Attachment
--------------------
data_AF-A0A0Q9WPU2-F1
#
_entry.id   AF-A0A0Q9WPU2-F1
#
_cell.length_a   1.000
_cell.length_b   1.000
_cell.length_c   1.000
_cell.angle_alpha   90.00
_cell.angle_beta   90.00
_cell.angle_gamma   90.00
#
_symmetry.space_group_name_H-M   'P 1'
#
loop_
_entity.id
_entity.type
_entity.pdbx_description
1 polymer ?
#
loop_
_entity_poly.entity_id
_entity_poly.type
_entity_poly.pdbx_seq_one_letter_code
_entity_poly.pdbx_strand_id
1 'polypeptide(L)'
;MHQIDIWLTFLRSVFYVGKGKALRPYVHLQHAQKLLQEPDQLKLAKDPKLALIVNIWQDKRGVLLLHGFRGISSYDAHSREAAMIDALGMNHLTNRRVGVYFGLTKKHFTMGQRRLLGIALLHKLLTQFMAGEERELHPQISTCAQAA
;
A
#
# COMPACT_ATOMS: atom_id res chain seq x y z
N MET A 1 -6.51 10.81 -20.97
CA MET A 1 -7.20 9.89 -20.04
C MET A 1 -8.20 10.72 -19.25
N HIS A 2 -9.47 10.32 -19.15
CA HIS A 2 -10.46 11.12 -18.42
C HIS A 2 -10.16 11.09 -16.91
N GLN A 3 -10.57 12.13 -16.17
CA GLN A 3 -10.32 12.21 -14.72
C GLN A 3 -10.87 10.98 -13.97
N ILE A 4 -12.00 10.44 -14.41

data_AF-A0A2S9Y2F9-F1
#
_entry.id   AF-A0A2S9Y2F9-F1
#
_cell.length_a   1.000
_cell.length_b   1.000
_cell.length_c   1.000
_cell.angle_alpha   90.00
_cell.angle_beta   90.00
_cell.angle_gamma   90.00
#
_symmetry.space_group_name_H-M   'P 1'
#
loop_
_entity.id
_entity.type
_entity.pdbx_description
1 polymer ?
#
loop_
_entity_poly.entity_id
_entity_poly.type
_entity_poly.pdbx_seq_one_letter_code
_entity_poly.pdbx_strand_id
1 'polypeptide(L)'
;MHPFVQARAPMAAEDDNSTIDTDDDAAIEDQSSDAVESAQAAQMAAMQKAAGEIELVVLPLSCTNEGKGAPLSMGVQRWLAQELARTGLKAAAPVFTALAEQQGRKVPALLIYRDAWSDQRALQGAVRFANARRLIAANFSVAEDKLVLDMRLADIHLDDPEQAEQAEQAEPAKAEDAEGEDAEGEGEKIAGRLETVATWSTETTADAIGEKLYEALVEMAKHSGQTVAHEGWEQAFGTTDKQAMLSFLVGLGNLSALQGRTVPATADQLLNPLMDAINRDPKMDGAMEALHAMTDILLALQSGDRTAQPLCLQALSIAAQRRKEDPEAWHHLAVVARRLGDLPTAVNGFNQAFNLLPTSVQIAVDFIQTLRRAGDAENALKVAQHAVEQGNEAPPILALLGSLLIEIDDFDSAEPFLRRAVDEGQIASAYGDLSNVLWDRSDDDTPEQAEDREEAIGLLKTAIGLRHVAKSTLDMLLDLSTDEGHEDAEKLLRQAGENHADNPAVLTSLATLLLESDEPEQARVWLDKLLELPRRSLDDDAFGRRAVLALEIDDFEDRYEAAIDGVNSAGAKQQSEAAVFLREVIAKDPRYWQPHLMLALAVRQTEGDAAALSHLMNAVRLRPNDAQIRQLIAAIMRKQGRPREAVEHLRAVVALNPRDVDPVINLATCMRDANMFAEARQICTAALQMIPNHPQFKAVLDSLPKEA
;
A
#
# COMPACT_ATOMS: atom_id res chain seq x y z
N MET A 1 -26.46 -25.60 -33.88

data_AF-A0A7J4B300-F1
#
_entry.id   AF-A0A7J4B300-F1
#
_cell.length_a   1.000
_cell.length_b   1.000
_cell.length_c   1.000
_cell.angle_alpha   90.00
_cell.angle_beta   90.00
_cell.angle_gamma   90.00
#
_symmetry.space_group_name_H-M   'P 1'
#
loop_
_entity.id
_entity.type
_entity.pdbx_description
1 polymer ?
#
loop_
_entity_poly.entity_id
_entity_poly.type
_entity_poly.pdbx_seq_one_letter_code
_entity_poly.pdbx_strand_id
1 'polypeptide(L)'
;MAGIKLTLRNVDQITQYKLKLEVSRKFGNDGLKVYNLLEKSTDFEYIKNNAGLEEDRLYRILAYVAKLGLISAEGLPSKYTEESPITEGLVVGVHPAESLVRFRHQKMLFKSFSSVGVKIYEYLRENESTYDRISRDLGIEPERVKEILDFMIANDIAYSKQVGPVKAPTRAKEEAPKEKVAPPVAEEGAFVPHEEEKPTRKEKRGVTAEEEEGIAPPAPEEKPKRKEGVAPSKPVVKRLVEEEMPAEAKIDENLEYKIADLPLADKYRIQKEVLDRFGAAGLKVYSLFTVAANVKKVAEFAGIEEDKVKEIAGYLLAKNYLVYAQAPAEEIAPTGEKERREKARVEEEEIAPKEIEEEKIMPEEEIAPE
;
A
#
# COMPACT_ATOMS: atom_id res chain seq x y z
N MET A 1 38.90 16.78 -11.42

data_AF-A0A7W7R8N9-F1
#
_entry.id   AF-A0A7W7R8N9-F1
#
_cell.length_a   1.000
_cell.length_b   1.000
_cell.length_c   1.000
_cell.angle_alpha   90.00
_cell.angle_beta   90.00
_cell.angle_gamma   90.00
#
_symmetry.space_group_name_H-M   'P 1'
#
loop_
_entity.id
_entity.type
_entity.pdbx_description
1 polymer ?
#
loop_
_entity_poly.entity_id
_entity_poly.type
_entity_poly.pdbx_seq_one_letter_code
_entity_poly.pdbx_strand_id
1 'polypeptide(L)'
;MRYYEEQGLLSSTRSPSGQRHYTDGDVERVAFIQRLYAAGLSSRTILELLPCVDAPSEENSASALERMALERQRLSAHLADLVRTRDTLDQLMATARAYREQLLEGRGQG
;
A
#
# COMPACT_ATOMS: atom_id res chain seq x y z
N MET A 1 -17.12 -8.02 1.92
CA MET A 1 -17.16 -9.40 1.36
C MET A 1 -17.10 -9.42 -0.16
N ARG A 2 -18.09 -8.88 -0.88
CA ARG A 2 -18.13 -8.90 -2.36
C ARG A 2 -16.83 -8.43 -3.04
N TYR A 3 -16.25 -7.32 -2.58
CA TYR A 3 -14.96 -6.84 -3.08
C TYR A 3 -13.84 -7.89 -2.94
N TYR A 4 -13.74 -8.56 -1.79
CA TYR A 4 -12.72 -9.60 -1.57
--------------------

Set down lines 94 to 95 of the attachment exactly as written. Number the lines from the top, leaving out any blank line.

_entity_poly.pdbx_seq_one_letter_code
_entity_poly.pdbx_strand_id